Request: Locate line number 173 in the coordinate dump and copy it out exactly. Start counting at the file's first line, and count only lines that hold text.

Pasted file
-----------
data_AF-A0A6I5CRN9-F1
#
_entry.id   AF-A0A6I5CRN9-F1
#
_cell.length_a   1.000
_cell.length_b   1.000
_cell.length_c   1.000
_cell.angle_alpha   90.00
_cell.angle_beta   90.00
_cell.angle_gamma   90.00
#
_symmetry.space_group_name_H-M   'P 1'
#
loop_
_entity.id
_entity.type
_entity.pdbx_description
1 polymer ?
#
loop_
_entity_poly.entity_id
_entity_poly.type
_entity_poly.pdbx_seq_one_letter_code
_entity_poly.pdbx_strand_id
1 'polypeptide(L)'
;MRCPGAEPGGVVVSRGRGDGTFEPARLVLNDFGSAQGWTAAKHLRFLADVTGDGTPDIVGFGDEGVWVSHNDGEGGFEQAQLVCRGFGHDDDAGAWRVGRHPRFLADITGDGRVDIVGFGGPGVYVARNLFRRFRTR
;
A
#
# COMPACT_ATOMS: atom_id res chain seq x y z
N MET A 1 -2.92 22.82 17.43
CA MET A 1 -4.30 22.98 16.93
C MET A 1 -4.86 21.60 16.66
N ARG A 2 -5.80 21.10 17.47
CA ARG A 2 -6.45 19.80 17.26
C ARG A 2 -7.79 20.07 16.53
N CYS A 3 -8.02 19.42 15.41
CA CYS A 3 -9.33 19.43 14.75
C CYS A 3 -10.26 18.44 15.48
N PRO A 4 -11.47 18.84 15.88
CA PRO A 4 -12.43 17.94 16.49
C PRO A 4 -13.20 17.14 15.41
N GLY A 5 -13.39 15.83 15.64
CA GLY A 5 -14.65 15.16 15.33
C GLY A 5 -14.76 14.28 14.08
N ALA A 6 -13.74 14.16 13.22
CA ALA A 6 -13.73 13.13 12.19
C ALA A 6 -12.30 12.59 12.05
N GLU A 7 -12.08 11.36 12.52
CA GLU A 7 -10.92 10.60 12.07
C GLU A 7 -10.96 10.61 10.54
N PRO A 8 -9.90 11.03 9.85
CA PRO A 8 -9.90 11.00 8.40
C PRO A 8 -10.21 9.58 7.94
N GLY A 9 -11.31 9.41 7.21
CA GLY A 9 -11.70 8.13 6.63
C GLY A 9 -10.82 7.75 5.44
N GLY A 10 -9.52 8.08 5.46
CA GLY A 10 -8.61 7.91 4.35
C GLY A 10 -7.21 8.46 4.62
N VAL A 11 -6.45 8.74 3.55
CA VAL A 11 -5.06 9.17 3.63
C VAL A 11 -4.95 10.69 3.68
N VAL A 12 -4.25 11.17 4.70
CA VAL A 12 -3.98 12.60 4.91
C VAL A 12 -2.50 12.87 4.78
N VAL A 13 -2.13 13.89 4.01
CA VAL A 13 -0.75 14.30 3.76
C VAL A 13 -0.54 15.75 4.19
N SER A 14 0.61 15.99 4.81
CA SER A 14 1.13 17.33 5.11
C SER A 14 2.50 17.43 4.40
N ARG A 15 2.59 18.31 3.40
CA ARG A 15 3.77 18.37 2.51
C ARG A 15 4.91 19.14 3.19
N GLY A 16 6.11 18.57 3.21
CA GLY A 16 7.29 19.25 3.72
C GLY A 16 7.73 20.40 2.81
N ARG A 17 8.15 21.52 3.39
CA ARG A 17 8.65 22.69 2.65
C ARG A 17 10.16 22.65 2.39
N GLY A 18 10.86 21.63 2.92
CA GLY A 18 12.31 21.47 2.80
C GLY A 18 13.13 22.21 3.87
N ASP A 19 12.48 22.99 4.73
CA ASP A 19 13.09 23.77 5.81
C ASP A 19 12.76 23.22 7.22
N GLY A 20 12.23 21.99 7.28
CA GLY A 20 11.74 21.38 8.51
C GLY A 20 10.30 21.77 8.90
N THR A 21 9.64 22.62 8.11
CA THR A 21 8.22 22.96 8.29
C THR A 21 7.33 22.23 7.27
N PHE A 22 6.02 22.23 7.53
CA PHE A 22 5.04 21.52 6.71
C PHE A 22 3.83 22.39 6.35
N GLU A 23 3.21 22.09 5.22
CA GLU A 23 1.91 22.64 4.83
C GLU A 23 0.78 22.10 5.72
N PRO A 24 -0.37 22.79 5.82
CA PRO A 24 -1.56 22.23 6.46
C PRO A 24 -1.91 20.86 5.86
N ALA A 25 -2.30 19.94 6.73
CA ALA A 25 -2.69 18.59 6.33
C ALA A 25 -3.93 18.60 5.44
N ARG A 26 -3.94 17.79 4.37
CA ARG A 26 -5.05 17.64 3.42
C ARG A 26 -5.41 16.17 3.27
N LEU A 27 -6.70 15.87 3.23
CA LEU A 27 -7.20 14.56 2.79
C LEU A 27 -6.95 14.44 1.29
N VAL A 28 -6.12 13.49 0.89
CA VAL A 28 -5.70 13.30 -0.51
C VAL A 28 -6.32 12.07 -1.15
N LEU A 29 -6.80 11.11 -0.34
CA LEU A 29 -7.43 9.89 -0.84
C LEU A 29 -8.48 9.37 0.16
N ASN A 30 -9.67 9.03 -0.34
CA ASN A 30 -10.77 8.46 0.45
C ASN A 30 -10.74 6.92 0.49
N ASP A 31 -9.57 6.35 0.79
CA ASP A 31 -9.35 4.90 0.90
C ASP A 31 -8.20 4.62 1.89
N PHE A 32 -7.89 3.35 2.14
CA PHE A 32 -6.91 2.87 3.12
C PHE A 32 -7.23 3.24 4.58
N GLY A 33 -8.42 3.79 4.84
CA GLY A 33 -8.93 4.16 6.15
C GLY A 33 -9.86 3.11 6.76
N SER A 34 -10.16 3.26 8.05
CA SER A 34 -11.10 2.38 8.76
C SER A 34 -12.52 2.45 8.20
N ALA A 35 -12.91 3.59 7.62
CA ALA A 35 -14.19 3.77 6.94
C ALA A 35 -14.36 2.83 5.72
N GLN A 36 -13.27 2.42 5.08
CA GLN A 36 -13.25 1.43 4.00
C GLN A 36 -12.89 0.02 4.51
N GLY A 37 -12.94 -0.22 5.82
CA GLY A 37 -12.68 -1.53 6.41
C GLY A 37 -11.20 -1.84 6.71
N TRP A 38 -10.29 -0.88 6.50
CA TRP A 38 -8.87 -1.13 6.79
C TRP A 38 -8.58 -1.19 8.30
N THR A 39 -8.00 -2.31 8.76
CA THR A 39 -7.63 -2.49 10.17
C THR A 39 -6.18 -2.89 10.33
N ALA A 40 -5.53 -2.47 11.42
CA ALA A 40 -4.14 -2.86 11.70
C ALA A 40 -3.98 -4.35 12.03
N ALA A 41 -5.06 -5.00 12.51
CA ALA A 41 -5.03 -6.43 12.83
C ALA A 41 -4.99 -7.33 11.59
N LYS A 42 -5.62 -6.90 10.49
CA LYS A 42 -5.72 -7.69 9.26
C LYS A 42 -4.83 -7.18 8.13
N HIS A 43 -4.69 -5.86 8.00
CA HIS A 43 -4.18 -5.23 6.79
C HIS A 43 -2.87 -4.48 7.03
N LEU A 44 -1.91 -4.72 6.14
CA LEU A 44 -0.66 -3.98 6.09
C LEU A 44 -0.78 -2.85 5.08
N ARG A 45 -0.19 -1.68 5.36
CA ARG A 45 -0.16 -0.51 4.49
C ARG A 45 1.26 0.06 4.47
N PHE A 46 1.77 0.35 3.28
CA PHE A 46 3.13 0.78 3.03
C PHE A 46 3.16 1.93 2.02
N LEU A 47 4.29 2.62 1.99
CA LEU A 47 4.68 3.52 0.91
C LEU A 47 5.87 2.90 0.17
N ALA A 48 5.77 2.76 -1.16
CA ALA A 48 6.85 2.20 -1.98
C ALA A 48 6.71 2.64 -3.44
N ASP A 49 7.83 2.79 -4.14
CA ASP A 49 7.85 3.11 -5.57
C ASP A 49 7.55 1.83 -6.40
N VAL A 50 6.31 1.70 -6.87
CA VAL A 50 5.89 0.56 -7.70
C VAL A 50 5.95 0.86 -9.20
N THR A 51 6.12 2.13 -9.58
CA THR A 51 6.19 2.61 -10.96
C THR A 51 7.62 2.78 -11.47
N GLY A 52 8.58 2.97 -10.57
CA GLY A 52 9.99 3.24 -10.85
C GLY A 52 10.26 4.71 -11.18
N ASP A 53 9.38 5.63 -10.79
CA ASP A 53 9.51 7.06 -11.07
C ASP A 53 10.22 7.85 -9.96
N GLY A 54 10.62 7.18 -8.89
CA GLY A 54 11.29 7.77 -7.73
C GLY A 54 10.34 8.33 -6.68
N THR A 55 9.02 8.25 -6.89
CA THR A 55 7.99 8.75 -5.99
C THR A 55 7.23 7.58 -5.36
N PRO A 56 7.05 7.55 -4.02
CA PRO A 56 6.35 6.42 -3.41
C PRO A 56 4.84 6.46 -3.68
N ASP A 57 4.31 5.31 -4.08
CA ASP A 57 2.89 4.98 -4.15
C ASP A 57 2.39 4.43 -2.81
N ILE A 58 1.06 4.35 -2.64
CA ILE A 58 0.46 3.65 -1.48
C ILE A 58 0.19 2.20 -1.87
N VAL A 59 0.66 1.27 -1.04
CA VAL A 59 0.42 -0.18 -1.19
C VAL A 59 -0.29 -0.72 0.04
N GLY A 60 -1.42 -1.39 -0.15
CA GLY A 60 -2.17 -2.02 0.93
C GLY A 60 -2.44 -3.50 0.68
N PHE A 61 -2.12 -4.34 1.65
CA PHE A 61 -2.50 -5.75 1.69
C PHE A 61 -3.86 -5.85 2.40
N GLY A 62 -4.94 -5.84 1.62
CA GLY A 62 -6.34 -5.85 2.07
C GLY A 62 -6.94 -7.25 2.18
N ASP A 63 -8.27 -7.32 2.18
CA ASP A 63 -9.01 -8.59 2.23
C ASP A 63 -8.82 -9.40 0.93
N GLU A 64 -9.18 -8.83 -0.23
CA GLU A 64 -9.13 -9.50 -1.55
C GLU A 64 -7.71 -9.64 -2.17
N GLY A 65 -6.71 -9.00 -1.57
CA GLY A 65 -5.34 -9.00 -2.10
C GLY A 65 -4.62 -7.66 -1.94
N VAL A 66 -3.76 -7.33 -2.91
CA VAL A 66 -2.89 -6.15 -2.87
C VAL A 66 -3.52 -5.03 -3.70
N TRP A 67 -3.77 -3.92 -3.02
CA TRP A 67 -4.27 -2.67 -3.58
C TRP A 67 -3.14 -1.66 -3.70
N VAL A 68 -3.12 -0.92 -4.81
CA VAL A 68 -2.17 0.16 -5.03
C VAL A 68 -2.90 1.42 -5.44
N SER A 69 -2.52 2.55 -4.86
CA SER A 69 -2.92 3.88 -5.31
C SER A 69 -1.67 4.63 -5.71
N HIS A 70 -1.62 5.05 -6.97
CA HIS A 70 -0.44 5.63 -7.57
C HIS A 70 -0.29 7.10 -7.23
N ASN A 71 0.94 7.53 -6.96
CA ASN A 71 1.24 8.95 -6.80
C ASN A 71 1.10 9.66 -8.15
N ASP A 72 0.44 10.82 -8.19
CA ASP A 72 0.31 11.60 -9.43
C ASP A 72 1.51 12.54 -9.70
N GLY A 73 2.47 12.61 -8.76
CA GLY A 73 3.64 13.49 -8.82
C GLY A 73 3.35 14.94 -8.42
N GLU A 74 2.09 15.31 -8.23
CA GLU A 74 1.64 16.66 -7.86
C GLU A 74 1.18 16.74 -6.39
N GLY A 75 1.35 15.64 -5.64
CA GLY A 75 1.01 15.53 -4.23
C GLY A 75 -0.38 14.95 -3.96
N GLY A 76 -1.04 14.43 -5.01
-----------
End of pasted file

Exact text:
CA ALA A 48 6.85 2.20 -1.98